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When we do this, Node.js will search on our disk for a file called http.js. Likewise, if we ask for the "url" module, Node.js will search for a file called url.js.
- They are hidden in a nice and warm place on your disk, their location is of no interest to us.
- Given that they are part of the core of Node.js, they are always available.
- The modules are therefore simply .js files. If we want to create a module, let’s say the "test" module, we need to create a test.js file in the same folder and call for it like this:
- Don’t put the .js extension in the require()!
- It’s a relative path. If the module is in the parent folder, we can include it like this:
- What if I don’t want to put in a relative pathway? Can’t I just do require('test')?
- You can! You need to put your test.js file in a sub-folder called "node_modules". It’s a Node.js standard:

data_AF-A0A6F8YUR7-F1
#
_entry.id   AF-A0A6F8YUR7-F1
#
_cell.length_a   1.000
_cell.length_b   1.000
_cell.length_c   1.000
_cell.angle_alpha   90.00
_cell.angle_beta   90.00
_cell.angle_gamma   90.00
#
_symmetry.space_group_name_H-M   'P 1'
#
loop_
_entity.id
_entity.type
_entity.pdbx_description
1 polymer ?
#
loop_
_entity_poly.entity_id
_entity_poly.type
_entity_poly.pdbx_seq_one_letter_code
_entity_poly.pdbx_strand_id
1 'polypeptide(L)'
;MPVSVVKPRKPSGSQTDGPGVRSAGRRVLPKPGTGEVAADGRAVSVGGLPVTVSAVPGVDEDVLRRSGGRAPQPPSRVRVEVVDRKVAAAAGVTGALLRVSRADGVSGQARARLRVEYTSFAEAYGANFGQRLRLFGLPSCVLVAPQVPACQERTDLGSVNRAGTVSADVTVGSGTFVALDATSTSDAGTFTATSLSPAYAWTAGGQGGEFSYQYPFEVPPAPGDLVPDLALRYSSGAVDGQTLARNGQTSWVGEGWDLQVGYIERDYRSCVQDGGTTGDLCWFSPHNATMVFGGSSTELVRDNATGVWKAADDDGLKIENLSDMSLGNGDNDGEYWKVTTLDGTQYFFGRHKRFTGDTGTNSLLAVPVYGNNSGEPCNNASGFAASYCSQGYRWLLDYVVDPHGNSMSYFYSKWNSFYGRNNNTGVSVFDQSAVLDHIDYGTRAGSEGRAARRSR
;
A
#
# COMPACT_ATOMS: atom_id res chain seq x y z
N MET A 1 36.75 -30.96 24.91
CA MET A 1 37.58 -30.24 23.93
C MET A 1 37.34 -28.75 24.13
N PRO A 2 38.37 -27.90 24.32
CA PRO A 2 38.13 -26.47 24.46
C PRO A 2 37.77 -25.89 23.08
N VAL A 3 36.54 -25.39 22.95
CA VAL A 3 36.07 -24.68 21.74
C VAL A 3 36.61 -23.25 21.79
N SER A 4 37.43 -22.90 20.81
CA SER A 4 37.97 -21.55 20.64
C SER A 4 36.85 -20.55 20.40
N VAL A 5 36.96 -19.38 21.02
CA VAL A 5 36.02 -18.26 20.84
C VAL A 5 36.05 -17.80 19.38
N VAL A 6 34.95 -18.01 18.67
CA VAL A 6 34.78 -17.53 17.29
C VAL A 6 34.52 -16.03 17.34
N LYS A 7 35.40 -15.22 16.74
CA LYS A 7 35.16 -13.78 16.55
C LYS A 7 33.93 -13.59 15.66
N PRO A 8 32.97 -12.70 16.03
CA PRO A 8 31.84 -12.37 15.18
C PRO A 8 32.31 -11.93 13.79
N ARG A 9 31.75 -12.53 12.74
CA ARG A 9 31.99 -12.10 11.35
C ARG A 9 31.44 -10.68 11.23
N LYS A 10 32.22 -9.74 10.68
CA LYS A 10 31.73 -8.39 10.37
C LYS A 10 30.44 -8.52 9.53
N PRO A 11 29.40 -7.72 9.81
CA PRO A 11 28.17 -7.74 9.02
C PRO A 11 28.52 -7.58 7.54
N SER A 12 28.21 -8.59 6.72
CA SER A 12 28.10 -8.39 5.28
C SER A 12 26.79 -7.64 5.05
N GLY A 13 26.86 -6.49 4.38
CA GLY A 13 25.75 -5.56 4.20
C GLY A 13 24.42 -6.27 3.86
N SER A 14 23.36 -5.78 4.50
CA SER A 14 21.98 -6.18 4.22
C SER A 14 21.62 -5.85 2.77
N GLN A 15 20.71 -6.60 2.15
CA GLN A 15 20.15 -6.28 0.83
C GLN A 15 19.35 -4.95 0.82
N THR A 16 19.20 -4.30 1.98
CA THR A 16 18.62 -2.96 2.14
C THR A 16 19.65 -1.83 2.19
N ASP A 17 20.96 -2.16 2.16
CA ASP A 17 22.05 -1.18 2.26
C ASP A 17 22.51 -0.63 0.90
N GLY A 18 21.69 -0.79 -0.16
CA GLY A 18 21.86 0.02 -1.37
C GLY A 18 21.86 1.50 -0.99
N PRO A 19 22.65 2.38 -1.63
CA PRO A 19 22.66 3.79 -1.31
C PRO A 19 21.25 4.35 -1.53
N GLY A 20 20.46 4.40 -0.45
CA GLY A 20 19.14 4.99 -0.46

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- Note that if the node_modules file doesn’t exist, Node.js will go to search in a file that has the same name higher up in the tree. This way, if your project is found in the /home/mateo21/dev/nodejs/projet folder, it will go and find a file named:
- The start of the file doesn’t contain anything new. We’re creating functions that we’re placing in the variables. From which the var sayHello = function() comes from.
- Then comes the new part, we’re exporting functions so they are usable externally: exports.sayHello = sayHello;. Note that we could have just done this instead:
- All the functions that you don’t export in your module file will remain private. They won’t be able to be called for externally.
- However, they will be able to be used by other functions within your module.
- Now, in your app’s main file (ex: app.js), you can call for these functions from the module!
- require() returns an object that contains the functions that you exported in your module. We store this object in a variable of the same name mymodule (but we could have given it any other name), like in the next figure.
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